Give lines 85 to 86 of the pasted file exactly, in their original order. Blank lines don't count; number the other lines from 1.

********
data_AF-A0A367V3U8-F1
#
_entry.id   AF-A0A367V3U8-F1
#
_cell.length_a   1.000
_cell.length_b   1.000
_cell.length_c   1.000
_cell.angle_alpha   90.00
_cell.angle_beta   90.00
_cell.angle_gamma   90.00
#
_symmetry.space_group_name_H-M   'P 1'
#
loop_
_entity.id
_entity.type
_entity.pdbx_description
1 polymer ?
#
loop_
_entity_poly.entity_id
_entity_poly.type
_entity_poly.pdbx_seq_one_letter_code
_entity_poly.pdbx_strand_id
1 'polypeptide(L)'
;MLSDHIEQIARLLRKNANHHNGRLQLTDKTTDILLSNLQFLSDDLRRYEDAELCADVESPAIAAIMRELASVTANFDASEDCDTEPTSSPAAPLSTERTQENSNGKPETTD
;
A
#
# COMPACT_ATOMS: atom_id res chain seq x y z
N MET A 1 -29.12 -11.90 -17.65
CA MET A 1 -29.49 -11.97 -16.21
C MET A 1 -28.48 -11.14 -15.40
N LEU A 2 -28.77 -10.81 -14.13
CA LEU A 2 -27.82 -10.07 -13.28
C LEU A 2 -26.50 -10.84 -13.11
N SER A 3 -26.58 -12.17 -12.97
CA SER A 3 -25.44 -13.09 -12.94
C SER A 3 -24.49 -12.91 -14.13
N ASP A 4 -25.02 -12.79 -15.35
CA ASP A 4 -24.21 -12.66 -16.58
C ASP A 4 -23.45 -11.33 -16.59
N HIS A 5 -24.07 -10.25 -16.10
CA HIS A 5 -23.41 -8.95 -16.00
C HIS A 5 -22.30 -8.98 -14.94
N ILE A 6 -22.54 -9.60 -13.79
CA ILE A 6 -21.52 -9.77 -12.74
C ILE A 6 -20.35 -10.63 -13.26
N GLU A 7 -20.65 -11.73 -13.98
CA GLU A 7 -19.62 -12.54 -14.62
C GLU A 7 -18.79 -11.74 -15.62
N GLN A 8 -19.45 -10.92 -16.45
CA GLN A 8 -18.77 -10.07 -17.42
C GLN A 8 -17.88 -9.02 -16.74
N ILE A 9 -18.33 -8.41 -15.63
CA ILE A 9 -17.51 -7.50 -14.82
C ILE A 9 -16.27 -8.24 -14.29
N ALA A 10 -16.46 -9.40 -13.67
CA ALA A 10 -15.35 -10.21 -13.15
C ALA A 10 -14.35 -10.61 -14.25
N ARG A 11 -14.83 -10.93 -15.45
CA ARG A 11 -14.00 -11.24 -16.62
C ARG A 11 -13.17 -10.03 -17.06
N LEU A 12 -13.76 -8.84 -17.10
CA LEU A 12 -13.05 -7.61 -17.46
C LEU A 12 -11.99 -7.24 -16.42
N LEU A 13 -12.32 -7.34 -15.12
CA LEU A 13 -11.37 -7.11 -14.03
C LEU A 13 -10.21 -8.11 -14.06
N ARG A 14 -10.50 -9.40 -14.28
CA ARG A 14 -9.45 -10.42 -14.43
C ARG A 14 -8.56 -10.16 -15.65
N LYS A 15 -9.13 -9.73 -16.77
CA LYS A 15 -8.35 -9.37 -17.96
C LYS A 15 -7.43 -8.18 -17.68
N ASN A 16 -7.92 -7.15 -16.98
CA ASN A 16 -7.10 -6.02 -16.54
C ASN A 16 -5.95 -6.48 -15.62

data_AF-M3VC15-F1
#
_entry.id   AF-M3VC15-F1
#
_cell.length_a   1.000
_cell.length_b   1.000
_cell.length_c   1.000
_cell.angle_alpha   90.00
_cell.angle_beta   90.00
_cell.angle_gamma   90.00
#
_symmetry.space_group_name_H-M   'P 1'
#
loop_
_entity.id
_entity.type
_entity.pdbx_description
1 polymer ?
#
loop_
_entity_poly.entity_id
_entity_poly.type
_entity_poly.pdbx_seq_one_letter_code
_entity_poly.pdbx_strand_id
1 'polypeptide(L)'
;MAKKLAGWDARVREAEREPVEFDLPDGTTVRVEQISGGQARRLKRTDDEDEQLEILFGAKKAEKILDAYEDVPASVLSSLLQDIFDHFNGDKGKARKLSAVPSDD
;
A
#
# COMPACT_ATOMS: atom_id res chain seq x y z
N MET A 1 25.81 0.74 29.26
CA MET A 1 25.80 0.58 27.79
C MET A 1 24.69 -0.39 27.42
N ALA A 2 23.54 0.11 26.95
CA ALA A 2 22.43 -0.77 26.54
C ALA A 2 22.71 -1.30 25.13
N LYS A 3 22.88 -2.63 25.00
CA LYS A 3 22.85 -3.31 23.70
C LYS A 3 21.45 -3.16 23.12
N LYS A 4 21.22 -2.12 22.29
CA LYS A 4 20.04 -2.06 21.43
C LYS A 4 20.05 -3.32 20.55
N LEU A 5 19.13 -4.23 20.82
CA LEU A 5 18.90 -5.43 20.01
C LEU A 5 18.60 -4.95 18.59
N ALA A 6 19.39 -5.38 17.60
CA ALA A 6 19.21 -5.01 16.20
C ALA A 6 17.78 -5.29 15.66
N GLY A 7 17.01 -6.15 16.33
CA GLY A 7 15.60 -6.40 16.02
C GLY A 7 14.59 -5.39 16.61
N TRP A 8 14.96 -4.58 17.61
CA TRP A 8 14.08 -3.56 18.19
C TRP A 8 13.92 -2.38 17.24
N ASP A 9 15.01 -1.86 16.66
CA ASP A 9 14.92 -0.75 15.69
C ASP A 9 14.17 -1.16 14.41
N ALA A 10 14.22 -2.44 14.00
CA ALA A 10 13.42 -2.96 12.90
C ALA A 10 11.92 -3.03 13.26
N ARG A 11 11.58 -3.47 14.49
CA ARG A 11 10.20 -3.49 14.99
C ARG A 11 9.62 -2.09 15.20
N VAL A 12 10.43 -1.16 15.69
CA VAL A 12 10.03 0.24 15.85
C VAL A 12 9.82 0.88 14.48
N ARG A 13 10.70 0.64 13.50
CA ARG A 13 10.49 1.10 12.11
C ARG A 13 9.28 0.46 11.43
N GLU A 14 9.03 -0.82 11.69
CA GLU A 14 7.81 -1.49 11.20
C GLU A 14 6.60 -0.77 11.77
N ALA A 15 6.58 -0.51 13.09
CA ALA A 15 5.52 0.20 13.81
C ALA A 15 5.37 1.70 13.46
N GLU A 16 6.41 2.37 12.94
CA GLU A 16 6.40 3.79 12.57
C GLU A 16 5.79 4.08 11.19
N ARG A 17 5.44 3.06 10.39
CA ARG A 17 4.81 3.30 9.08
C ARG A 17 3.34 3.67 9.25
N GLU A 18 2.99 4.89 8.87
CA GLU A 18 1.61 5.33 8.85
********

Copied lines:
_cell.length_c   1.000
_cell.angle_alpha   90.00